Tribunal litigation is often expensive and so it’s no surprise that employers want to recover the expense by asking for its costs against a losing employee. The problem, though, is that getting a costs award in a tribunal is difficult, especially to get an award which is close to covering the actual costs incurred.
To get a costs award the employer needs to show the employee acted vexatiously, abusively, disruptively, or otherwise unreasonably in the bringing or conducting of the proceedings, or a part of them. So what if a claimant gives false evidence? Is that automatically unreasonable conduct warranting a costs award? In Kapoor v Governing Body of Barnhill Community School the Employment Appeal Tribunal (EAT) said ‘no’.
At first the tribunal found that the claimant’s evidence in a race discrimination, victimisation and harassment claim was not worthy of belief and that the claimant had falsified certain documents. The tribunal concluded that not telling the truth was unreasonable conduct, “as simple as that”.The Claimant was ordered to pay £8,900 as a contribution towards the Respondent’s costs.
However, the EAT overturned this decision on appeal by the claimant. The EAT found that the tribunal had misdirected itself in its approach to the question of costs because it considered that the simple fact that the claimant had lied meant that she had conducted the proceedings unreasonably. The tribunal instead should have considered all the circumstances of the case, including the procedural history and the extent to which the claimant’s lies had made a material impact on its actual findings. The EAT remitted the case to the same employment tribunal to reconsider their decision.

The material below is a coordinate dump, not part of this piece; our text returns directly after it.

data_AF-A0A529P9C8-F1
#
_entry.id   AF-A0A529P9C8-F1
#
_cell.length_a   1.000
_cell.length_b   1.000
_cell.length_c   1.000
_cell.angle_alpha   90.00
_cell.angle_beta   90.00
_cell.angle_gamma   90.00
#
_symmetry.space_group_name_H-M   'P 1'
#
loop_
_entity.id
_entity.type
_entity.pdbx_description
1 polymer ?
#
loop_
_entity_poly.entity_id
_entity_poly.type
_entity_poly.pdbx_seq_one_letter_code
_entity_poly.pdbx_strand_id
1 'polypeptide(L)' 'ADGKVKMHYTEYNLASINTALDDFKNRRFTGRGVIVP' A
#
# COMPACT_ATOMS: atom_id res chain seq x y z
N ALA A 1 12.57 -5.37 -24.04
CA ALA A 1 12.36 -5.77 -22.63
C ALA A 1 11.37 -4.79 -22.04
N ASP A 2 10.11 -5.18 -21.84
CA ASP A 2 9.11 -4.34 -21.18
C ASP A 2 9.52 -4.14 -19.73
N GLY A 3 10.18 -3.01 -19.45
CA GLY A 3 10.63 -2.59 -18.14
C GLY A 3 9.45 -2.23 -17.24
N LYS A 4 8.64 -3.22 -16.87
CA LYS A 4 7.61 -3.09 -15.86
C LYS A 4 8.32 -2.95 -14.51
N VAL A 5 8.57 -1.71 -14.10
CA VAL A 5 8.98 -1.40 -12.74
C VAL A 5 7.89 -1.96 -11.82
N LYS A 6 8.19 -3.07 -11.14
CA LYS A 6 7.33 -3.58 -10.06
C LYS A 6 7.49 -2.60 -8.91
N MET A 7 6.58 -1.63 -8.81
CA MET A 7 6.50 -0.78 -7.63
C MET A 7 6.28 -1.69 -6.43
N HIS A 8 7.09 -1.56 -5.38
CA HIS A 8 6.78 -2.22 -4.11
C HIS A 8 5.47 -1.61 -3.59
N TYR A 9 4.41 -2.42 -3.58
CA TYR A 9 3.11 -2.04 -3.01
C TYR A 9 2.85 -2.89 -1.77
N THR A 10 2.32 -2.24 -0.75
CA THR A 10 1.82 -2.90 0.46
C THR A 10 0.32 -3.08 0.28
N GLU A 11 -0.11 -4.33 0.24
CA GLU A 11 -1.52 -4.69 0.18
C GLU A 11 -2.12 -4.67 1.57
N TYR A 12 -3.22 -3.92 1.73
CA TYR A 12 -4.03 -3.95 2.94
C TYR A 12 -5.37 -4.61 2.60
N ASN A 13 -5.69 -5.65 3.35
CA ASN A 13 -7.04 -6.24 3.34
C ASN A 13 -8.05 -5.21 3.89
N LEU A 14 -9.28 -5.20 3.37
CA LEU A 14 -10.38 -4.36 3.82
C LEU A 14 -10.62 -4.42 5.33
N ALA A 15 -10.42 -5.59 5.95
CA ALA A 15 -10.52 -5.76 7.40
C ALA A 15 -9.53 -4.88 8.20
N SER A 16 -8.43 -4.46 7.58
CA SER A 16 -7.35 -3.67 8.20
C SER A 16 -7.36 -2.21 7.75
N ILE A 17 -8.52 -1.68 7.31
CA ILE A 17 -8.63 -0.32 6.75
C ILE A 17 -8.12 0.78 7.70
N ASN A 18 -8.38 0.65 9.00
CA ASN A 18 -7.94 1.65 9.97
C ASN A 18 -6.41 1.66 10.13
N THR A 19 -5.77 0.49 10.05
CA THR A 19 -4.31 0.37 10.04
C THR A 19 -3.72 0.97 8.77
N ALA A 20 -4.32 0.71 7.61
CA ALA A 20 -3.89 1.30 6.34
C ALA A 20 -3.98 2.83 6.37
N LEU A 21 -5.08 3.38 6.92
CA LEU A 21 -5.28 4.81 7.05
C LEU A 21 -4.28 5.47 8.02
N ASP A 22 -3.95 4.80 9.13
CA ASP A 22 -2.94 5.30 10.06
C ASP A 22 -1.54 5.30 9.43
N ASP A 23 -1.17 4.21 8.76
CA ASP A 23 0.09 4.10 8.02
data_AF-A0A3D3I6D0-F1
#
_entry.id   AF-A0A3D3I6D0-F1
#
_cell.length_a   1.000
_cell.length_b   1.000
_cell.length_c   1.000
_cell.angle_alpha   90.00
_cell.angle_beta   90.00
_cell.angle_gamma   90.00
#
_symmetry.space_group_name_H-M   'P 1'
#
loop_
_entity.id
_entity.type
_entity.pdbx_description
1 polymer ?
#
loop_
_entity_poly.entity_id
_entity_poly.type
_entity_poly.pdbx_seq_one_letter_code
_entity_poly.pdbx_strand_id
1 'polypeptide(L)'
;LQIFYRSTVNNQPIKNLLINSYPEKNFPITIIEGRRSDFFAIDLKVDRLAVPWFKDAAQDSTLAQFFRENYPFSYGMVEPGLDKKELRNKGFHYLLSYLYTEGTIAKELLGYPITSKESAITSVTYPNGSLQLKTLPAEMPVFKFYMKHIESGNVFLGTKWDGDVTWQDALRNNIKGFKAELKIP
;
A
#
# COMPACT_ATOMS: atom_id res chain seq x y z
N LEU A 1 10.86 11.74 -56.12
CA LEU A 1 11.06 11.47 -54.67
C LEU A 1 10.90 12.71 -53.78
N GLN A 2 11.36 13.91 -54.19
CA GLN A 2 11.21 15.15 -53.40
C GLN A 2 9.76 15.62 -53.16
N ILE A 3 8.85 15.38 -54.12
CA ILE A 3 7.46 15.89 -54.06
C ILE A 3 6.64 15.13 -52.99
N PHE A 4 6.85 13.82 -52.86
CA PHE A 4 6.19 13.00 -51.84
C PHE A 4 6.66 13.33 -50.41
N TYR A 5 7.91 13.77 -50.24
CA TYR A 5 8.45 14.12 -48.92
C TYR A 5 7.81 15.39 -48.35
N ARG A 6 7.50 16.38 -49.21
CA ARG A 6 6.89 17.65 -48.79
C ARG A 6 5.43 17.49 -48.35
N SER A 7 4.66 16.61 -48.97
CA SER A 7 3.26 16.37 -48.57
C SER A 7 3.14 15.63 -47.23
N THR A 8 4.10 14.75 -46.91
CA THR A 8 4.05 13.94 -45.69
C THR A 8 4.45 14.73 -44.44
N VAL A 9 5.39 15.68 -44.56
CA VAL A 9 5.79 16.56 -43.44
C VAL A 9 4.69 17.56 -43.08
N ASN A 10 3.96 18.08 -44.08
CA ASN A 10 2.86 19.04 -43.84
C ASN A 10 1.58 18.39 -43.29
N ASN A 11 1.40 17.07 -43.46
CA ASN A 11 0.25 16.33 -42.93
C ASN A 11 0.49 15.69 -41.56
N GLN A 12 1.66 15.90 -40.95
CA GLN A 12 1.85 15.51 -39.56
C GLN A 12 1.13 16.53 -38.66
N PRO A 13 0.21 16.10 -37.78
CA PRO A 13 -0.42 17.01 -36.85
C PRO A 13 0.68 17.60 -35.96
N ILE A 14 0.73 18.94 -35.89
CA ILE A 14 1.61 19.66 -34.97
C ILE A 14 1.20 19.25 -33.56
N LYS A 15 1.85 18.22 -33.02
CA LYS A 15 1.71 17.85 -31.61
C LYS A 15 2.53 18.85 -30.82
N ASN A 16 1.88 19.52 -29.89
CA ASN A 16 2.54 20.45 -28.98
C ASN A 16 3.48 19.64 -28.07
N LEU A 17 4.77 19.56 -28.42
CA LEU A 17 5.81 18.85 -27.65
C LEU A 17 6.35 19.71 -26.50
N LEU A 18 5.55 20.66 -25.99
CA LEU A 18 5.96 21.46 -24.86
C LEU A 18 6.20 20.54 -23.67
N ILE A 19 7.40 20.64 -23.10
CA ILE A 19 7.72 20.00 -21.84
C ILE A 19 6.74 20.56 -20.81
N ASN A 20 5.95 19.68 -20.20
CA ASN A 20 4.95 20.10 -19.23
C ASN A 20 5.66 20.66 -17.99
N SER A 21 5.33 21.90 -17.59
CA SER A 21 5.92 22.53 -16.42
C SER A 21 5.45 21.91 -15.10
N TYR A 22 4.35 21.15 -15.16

Whether conduct during litigation is unreasonable is a matter of fact for the tribunal to determine but the above case suggests a measured approach to costs awards is being taken and thus, the hurdle to jump over to secure a costs award remains high.
Employers will need to factor into the assessment of strategy for any tribunal claim the likelihood of any costs award and also to remember that if the employee succeeds with their case the employee will be likely to recover their issue and hearing fees.
For more information, help or advice please contact Tim Davies on 0191 211 7927.